Engine idling makes no sense for the environment or for your car, Terry Lowrey writes. Photo: Wikimedia Commons

LETTER: The problem with idling

From reader Terry Lowrey

While governments talk big and spend money to address climate change, it appears they are missing the most immediate, simplest and most cost effective solutions. We need to boil it down to what can be done right now — today!

One of the biggest things we drivers can do is to stop idling our engines unnecessarily. Look around and you will see people sitting in their cars and trucks idling and texting, idling while dropping off or picking up the kids from school, idling at drive-thrus or while waiting to fuel up or wash the vehicle, idling to warm up or cool down the vehicle, idling while talking to their friends or neighbours, idling while waiting for the ferry or at railway crossings, idling at construction zones, even guys idling while fueling up their diesel pickups and that is illegal! Canadians are known to idle about 25 per cent of their time behind the wheel.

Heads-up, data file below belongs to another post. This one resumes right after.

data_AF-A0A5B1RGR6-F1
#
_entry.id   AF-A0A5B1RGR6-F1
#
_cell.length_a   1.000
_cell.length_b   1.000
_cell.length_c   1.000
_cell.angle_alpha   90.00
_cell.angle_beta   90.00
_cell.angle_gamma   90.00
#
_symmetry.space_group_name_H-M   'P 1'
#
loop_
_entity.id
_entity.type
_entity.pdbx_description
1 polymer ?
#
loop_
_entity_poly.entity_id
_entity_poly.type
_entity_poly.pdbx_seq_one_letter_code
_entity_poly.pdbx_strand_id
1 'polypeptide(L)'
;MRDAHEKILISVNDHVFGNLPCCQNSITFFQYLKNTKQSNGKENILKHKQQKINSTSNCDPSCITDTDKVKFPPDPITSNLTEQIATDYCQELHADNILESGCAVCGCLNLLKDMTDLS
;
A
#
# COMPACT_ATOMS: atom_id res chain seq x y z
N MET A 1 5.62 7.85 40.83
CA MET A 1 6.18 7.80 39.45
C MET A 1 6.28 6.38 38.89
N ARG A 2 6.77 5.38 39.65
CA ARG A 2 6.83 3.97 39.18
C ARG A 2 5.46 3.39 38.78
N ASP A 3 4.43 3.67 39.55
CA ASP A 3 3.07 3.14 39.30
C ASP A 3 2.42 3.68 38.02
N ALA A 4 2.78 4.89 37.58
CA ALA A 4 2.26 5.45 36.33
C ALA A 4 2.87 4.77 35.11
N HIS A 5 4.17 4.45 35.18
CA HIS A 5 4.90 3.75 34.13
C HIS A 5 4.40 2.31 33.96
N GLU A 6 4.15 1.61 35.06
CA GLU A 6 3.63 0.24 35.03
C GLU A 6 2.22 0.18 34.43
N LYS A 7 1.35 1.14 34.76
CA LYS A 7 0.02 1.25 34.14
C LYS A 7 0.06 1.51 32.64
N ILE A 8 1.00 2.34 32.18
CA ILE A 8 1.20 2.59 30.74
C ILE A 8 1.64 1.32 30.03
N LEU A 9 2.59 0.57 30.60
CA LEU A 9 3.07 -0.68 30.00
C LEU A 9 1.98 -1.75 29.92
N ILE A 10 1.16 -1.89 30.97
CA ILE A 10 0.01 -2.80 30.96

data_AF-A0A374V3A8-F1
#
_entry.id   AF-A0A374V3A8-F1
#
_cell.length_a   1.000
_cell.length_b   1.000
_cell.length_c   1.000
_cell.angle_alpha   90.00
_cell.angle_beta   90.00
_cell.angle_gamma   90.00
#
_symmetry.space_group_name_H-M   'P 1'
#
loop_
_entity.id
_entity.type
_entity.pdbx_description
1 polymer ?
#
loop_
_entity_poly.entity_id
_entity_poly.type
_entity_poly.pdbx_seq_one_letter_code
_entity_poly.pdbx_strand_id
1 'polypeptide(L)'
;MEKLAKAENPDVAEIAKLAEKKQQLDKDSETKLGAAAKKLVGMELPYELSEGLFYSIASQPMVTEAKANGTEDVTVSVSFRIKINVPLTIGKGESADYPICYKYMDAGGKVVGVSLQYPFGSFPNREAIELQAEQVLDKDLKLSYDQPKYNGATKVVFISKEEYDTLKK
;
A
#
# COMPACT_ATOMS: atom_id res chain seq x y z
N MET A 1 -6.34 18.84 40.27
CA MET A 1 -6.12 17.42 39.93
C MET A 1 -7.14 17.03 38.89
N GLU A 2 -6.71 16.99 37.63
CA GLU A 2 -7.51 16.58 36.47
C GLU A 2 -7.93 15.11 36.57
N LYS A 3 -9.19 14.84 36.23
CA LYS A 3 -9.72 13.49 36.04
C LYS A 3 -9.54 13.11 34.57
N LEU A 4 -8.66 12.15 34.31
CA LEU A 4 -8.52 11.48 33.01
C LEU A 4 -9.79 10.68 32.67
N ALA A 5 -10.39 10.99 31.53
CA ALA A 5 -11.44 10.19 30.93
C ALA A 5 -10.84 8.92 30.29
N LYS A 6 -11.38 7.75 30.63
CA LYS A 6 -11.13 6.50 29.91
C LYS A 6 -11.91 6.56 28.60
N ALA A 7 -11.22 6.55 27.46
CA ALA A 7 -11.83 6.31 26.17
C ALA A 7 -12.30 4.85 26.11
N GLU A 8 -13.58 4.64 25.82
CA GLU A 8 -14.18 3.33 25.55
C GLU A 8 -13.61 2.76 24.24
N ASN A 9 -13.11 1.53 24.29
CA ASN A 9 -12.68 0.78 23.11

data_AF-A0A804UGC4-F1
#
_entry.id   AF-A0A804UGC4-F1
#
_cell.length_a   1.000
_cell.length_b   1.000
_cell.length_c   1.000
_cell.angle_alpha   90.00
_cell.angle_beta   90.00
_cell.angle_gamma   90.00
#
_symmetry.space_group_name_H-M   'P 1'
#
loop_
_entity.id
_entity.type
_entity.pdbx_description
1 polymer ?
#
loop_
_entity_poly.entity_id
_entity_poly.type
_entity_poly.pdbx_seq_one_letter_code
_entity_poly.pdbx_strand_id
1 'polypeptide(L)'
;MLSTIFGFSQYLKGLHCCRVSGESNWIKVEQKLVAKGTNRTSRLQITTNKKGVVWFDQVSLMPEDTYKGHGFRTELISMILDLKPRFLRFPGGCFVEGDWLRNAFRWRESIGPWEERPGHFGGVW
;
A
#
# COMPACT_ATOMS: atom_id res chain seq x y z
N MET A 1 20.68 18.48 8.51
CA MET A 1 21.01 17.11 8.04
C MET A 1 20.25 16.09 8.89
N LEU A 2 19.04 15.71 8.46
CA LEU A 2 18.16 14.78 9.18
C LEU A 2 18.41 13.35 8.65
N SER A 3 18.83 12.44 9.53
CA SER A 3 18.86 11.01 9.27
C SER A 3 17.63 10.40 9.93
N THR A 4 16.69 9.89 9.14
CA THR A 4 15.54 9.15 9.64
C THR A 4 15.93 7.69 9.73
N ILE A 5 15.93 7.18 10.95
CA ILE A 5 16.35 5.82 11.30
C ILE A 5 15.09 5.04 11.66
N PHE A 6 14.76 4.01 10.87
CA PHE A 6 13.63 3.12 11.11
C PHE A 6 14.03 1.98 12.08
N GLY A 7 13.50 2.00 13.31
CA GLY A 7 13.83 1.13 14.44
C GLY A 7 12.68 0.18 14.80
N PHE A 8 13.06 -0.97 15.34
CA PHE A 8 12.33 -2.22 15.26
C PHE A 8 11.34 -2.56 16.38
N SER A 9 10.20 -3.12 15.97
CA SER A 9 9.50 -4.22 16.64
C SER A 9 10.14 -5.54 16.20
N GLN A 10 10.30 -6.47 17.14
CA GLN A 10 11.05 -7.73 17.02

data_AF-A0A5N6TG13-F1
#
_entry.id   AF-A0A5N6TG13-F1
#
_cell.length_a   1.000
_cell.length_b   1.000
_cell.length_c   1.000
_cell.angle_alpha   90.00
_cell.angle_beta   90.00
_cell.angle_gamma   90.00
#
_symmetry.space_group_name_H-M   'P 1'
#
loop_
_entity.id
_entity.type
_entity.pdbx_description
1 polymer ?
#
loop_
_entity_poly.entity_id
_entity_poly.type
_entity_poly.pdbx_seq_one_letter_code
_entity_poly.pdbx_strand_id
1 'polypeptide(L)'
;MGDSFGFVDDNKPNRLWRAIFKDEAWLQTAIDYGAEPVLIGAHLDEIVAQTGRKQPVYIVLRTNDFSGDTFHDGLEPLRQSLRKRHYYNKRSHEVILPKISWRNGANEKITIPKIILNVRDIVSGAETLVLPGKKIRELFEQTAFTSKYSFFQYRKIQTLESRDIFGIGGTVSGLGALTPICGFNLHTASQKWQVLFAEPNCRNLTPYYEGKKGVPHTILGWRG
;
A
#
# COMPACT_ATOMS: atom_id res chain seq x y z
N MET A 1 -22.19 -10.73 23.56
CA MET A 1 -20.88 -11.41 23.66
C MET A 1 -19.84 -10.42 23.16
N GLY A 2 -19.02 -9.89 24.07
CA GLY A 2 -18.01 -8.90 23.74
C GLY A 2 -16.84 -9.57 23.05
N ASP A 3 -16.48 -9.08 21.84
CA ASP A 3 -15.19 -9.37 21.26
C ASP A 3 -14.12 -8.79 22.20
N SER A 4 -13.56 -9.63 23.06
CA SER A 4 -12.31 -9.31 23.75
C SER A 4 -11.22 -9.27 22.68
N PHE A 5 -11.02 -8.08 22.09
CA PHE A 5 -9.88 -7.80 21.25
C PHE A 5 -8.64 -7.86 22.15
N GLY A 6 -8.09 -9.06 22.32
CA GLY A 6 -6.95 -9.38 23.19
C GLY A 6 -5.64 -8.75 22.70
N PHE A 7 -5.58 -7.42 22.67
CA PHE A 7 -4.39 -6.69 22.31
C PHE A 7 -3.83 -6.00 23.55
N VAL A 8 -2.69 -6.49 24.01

Idling engines consume approximately 0.6 litres of fuel per hour per litre of engine displacement. At idle a 3.5 litre engine consumes about two litres of fuel per hour and emits 2.3 kilograms of carbon dioxide (CO2) per litre of fuel. Across the country each day this adds up to 2.2 million litres of fuel and produces five million kilograms of greenhouse gasses. This is equal to the amount of fuel required to drive an extra 1,100 vehicles for a year!

Idling also wears out the engine faster because an idling engine can’t fully achieve operating temperatures. The incomplete combustion pollutes the engine oil prematurely. The best and fastest way to warm up your engine is to drive the vehicle — start it up and go. Read your owner’s manual to confirm that this is true. Even for diesel engines, a warm up or cool down period isn’t necessary. The cost of any mechanical wear on your starter is negligible compared to the savings on fuel you’ll realize. Plus you can double the oil and filter change period.

If you’re stopped for longer than 30 seconds, turn off the engine — it doesn’t take that much effort to turn a key!

Terry Lowrey

Crescent Bay

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